The Life of Abdur Rahman, Amir of Afghanistan


ʻAbd al-Rahman Khan (1844‒1901) ruled Afghanistan from 1880 to 1901. He was a grandson of Dost Mohammad Khan (ruled 1826‒39 and 1845‒63), the founder of the Barakzai dynasty of Afghanistan after the fall of the Durranis and the end of the First Anglo-Afghan War in 1842. After long years in exile in Central Asia, Rahman came to power in Afghanistan with the support of the British, by whom he was later patronized financially, politically, and militarily. The Life of Abdur Rahman, Amir of Afghanistan is a two-volume work, edited and translated from the original Persian by Mir Munshi Sultan Mohamed Khan, the amir’s former state secretary. Volume one consists of 12 chapters, the first 11 of which are an autobiographical narrative of the amir’s life up to his accession to the throne at the end of the Second Anglo-Afghan War and his early years as ruler, in which he consolidated his grip on the country by defeating the Hazaras and conquering Kafiristan. The final chapter of volume one and the eight chapters of volume two consist of ʻAbd al-Rahman Khan’s observations and reflections on various matters as conveyed by Sultan Mohamed Khan. The titles of some of these chapters indicate the range of topics covered: “My Successor to the Throne of Kabul”; “The Means I Took for the Encouragement of Progress in Commerce, Industries, and Arts”; “A Few Details in My Daily Life”; “The Boundaries of Afghanistan and the Durand Mission”; “The Future of Afghanistan”; and “England, Russia, and Afghanistan.” The book includes a preface by Sultan Mohamed Khan in which he explains how the book was composed, and in which he claims that “since the time of the great Mogul Emperors—Timur, Babar, and Akbar, etc. no Muslim sovereign has written his autobiography in such an explicit, interesting, and lucid manner as the Amir has done….” The book is illustrated and contains a genealogical table of the Barakzais and several maps.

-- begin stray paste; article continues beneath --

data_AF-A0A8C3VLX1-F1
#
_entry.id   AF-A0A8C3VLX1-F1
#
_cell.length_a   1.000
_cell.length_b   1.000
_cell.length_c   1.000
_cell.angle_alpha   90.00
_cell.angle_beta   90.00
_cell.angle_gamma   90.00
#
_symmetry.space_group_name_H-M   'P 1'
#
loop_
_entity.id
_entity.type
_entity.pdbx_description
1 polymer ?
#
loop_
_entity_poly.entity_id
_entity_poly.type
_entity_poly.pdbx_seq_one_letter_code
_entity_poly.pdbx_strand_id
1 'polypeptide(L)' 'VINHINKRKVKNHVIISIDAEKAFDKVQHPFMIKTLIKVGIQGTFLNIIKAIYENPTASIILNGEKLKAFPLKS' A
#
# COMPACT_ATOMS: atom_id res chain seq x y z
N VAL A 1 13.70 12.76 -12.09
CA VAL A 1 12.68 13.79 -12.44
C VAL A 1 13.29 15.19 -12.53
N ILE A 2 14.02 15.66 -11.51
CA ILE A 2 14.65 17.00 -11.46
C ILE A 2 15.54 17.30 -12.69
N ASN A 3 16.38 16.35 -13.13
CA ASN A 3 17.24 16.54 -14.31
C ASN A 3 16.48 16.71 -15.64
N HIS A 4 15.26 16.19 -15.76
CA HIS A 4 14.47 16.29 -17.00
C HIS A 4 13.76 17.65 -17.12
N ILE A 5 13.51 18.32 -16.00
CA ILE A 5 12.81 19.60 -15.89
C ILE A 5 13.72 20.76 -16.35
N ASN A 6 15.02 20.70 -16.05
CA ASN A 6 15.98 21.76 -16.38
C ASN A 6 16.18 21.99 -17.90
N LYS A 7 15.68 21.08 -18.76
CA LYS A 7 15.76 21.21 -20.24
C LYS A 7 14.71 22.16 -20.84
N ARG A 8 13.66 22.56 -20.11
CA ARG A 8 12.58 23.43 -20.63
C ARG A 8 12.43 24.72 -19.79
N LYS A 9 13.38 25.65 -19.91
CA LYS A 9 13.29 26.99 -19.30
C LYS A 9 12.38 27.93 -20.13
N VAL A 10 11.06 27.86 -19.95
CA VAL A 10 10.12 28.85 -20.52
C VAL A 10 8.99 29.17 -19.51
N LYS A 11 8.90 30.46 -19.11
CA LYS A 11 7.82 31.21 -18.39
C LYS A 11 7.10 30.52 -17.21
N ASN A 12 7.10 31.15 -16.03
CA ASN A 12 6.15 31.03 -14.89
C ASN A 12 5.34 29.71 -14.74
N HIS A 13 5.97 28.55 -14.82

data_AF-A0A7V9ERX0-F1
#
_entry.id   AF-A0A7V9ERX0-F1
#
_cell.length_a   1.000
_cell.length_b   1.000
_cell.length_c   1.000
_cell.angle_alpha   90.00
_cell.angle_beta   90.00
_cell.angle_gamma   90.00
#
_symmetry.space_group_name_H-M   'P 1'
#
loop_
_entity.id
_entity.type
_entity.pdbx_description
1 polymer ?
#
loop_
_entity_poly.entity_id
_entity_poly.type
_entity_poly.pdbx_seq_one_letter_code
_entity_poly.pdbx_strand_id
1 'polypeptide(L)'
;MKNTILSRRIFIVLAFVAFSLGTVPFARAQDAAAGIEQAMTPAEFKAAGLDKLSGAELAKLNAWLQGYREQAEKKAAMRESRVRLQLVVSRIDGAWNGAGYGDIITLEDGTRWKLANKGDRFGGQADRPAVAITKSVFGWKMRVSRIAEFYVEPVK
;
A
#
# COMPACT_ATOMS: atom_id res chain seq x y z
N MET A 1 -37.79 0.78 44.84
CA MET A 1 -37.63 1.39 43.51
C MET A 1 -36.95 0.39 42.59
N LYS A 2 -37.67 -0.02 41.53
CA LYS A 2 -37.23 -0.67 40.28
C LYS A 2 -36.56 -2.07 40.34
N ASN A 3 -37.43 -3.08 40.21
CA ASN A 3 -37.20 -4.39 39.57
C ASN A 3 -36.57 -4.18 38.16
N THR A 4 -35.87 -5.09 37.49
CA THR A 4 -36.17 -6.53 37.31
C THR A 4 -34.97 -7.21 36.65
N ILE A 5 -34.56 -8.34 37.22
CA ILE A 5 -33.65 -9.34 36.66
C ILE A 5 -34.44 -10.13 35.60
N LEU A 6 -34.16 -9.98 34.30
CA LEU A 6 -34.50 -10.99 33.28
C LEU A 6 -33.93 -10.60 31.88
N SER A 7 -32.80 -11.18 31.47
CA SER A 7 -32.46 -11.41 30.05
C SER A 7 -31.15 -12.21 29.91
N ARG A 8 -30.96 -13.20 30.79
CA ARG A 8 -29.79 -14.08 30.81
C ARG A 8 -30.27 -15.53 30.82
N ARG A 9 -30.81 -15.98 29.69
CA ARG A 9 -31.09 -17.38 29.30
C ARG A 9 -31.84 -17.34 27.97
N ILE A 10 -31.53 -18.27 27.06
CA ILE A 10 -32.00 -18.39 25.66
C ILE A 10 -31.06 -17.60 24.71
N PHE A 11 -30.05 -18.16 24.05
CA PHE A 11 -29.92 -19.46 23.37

Last updated: September 30, 2016